Marty Lurie Talks San Francisco Giants Baseball

It's ''High Noon'' Will Ken Boyer Make the Hall of Fame?

He stands tall and alone at the edge of Cooperstown.

Ken Boyer is one of the leading candidates for enshrinement into the Hall of Fame. Ray Mileur, a free lance writer who specializes in St. Louis Cardinal features, makes a compelling case for the former Cardinal thirdbaseman.

Coincidentally, Boyer impressed me in one of my earliest memories of Ebbets Field in Brooklyn when as a young player he stole bases and hit the ball all over Brooklyn in one Dodger-Cardinal doubleheader in the mid fifties. (Marty Lurie)

Click “read more” for a terrific look at Ken Boyer and the argument for Cooperstown.By Ray Mileur

Ken Boyer – who starred with the St. Louis Cardinals from the mid 50’s to the mid 60’s – won five Gold Gloves, earned six All-Star selections and led NL third basemen in double plays five times. At the plate, he hit 23 or more home runs and knocked in at least 90 runs in seven straight seasons. He was the National League Most Valuable Player in 1964 when the Cardinals won their first world championship in two decades.

Once liken by Joe Garagiola to Gary Cooper in High Noon, the soft spoken Boyer, is up in front of the National Baseball Hall of Fame Veterans committee for election into Cooperstown. Like Cooper, Boyer could use a little help from his friends.

This year could be Boyer’s best chance at election, but like Cooper in High Noon, the odds are against him.

Ken Boyer played the game at a time when there were still heroes in the game. Teammate Hall of Famer, Stan Musial said “The ballplayers know he’s a good one, but nobody else does.”

“When Kenny took over as captain of our team,” former Cardinal great catcher and great broadcaster Tim McCarver said, “he was the boss of our infield. He was the guy everyone looked. He was the guy who really filled that role if that role needed to be filled….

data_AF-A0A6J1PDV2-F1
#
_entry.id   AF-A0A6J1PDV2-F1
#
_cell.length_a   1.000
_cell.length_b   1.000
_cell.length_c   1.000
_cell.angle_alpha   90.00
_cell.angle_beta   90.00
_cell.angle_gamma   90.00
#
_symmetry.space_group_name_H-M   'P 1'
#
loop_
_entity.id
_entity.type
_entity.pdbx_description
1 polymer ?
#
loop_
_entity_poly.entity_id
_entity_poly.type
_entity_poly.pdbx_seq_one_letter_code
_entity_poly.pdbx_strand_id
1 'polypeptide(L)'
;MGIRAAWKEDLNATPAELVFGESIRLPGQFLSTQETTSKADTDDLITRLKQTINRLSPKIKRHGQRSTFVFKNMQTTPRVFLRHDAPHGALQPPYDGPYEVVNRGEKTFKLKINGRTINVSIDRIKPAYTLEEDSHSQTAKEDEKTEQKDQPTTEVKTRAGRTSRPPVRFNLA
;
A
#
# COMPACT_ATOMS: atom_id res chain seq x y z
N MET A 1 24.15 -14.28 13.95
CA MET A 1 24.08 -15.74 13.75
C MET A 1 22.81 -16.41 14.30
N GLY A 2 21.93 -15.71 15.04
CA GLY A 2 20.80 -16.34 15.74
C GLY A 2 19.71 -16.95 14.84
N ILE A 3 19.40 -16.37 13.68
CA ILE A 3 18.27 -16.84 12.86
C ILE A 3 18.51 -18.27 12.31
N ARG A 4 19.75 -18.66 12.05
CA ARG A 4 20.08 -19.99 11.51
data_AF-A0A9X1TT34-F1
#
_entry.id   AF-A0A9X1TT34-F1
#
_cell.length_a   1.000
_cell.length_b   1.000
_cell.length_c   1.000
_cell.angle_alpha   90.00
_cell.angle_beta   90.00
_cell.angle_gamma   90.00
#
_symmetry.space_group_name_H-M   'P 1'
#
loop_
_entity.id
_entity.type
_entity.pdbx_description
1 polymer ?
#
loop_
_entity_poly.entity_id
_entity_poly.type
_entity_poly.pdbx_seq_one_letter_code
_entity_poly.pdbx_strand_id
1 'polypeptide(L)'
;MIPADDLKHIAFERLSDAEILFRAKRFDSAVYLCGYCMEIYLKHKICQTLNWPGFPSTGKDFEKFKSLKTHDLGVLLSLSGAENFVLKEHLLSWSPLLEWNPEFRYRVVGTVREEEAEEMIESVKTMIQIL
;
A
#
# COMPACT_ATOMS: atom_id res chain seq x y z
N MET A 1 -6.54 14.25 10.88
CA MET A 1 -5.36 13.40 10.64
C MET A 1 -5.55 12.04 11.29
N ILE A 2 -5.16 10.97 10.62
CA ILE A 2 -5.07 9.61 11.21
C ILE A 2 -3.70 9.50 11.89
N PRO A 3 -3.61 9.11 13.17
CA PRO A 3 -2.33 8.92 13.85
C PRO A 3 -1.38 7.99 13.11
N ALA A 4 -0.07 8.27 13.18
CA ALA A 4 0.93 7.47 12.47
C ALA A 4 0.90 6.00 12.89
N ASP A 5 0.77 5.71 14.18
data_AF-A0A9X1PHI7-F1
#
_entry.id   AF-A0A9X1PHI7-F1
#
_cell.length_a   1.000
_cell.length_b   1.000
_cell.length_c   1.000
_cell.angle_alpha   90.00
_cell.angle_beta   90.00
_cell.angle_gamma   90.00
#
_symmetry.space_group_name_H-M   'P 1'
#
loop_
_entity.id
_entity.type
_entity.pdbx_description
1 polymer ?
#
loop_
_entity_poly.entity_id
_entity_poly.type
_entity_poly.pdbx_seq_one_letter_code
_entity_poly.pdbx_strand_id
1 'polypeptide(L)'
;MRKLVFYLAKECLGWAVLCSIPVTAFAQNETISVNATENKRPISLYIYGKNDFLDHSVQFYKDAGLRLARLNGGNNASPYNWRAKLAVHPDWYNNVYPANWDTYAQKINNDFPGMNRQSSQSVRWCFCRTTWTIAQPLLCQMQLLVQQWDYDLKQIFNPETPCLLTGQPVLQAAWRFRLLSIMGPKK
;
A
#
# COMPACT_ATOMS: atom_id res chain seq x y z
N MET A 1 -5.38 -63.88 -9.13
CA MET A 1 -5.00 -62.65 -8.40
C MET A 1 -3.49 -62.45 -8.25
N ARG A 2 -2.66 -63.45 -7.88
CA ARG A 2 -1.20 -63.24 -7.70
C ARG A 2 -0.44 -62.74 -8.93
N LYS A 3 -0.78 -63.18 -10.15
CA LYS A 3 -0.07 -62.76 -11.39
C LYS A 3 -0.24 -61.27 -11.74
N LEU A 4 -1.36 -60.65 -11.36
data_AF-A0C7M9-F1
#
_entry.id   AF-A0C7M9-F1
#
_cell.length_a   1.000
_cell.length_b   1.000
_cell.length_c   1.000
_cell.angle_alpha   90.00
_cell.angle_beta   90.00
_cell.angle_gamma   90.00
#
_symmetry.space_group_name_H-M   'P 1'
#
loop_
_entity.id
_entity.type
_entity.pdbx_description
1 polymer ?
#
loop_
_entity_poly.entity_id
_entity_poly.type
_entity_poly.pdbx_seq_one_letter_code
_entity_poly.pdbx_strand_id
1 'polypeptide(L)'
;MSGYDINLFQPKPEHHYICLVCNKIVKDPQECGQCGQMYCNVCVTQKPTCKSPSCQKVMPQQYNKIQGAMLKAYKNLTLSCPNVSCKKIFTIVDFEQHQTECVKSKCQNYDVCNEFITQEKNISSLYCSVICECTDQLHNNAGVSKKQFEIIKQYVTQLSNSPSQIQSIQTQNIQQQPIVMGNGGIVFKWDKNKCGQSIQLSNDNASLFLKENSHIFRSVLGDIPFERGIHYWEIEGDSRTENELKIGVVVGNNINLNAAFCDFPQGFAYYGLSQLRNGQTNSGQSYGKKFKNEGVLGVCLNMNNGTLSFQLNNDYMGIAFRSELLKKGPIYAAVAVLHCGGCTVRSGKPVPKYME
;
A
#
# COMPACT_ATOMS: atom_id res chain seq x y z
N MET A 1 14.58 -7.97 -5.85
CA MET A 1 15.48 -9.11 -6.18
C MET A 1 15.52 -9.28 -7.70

Kenny Boyer was a pillar of strength in the Cardinal organization. It was kind of an understood thing that Kenny took care of the players coming into the organization. He took people under his wing – it was kind of like a father image.”

Stan the Man’s comments sum up the problems with Ken Boyer in the past, a quiet man who stands alone at the footsteps of the Cooperstown. The players knew how good he was and that may be the key to his election this year.

A career that spanned 15 years, Kenny played in 2034 games, hitting 282 home runs with 1141 RBI with a lifetime batting average of .287. An NL MVP award and five Gold Gloves.

Bill James, “baseball’s most interesting iconoclast” has ranked Ken Boyer as the 12th best third baseman of all time. James has stated in the past that both Ken Boyer and former Cub, Ron Santo both belong in the Hall of Fame.

And while Boyer was known for taking care of the players, it is time for the players to take care of Boyer He deserves and has earned their support, but will they back him up and get him into Cooperstown, this year.

Among the Cardinals, those who knew him best, serving on the Hall of Fame Veterans Committee are, Lou Brock, Bob Gibson, Ozzie Smith, Orlando Cepeda, Stan Musial, Steve Carlton, Red Schoendienst and broadcaster, Joe Garagiola and sportswriter Bob Broeg. It will be these men that he will look to for help.

It’s not like Boyer hasn’t earned his spot in the Hall of Fame, on his own. If after a 100 years and you are recognized by most experts as the 12th best man to ever play third base, shouldn’t that get you in?

A look at the evidence, inside the numbers of Kenny Boyer.

Kenny, led the league in RBI in 1964, NL MVP 1964, five time-Gold Glove, seven time-All Star, Top Ten; MVP Voting (4 times), NL HRs (4 times), NL Avg. (5 times), NL OB% (5 times), NL Slg (4 times), NL Runs (4 times), NL Hits (5 times), NL doubles (3 times), NL triples (4 times), Base on Balls (5 times), Stolen bases (2 times). Five times he led third basemen in

double plays.

Ray Mileur is a free-lance writer. Since 1998 he has applied his skills to covering the St. Louis Cardinals’ organization as a sportswriter for numberous publications.

He is the webmaster for the St. Louis Cardinals’ Birdhouse, Home of the fans @


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